A spaceport in Italy? Italy-USA cooperation agreement signed
A spaceport in Italy. This is the object of the cooperation agreement signed on 30 June 2016 in Rome at the “Casa dell’Aviatore” of the Italian Air Force between the US FAA (Federal Aviation Administration), the Italian ENAC (the civil aviation authority) and ASI (Italian Space Agency) on “Commercial Space Transportation”.
George C. Nield, Associate Administrator of FAA and responsible for space activities, Roberto Battiston, President of ASI, and Benedetto Marasà, Deputy Director General of ENAC were present at the signing of the agreement. The cooperation agreement with the United States is part of the economic development policies derived from space activities, the so-called Space Economy, which Italy, first Country in Europe to sign this kind of agreement, is pursuing through ASI.
In the United States, “Commercial Space Transportation” represents an important transition to the systematic exploitation of extra-atmospheric resources by private parties, also for commercial purposes; activities previously reserved almost exclusively to public institutions. Space transportation then is a significant business opportunity for the national economic system and Italian companies. This is why cooperation with FAA was initially desirable and then achieved through the signing of this agreement, thanks to the commitment of the Italian Embassy in Washington D.C. (USA) and, in particular, of the person in charge of the space policies, General Roberto Vittori.
The focus of the agreement is the possible construction of a spaceport in Italy, as the President of ASI Roberto Battiston explained: “We should understand that actions like this one, today, are preparatory to ambitious objectives, such as the construction of a spaceport in Italy. As ASI, we believe that these objectives, ambitious as they are, can be pursued, in a context of public-private collaboration, making progress on the basis of concrete multi-year plans. We don’t want to build a simple airstrip, a white elephant, but a place where shuttles launch and land, for space tourism or as a spaceport for the launch of nanosatellites into low orbit”.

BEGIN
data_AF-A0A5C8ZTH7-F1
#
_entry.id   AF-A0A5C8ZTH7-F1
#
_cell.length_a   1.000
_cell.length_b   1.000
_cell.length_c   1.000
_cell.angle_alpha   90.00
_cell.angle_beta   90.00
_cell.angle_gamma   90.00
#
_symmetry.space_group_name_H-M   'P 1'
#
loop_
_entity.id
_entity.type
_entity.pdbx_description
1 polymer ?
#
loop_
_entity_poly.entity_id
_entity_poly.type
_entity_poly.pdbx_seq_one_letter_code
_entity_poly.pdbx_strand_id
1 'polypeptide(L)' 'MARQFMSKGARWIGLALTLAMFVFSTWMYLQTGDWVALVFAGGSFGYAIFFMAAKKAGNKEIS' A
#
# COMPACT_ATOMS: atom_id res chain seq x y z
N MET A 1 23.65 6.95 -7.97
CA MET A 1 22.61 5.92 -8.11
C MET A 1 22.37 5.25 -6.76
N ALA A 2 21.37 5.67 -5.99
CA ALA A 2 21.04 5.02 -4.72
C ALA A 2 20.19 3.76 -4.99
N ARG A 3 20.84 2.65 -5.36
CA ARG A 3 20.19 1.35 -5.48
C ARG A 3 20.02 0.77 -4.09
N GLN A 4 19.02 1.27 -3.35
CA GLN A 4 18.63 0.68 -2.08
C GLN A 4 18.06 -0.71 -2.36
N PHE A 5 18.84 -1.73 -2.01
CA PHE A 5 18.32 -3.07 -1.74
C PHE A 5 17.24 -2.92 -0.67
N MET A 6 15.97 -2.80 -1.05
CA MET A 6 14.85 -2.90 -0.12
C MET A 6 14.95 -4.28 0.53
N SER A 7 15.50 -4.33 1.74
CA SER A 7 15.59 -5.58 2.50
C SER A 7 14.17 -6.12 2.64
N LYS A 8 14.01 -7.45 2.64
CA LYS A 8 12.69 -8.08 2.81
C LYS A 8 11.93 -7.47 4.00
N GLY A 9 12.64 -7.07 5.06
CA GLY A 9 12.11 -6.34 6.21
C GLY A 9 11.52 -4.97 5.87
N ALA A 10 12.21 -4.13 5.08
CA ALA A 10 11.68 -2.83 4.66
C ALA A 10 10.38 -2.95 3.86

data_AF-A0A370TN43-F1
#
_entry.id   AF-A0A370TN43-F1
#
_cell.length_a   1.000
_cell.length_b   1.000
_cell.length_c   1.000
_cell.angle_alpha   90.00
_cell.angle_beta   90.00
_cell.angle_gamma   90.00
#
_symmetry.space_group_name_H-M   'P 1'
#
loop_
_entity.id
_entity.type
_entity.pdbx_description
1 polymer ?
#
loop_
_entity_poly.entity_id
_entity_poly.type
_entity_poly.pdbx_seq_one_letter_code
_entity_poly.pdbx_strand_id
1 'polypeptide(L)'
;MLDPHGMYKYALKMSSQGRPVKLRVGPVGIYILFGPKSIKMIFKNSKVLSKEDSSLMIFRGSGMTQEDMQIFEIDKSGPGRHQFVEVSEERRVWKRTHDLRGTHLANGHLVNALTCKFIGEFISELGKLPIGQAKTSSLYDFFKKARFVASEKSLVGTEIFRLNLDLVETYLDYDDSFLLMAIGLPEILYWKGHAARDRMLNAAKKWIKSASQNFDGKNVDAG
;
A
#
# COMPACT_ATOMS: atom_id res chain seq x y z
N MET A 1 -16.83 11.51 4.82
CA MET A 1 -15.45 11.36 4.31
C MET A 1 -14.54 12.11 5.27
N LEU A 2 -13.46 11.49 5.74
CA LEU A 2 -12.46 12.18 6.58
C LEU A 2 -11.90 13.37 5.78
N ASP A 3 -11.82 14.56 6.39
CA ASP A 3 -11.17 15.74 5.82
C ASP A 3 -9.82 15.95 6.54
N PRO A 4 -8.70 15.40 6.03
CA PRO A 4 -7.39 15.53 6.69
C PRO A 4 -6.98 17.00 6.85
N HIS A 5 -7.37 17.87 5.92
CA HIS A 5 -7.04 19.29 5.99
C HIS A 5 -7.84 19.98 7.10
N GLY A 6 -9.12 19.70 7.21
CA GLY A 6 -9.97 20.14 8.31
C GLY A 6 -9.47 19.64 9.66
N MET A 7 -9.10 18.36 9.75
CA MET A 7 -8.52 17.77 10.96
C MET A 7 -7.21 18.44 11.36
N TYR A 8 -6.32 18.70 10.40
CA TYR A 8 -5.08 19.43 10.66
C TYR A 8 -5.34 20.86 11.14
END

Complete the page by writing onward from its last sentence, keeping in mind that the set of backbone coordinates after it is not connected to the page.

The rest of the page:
ASI President also stressed that “there is an economic case. The tourist space flight, for example, is near. This new market needs areas where to ensure the landing of space vehicles in various parts of the world, spaceports making up the network required for the success of this market. Italy – concluded Roberto Battiston – for climatic reasons, the nice weather that allows good visibility, because we are surrounded by the sea, offers areas that are suitable for launching and landing, with lower environmental risk. Such characteristics make our Country interesting for the location of a spaceport. The message is that we could take this opportunity. We, as ASI, are open to facilitating all forms of debate in this direction”.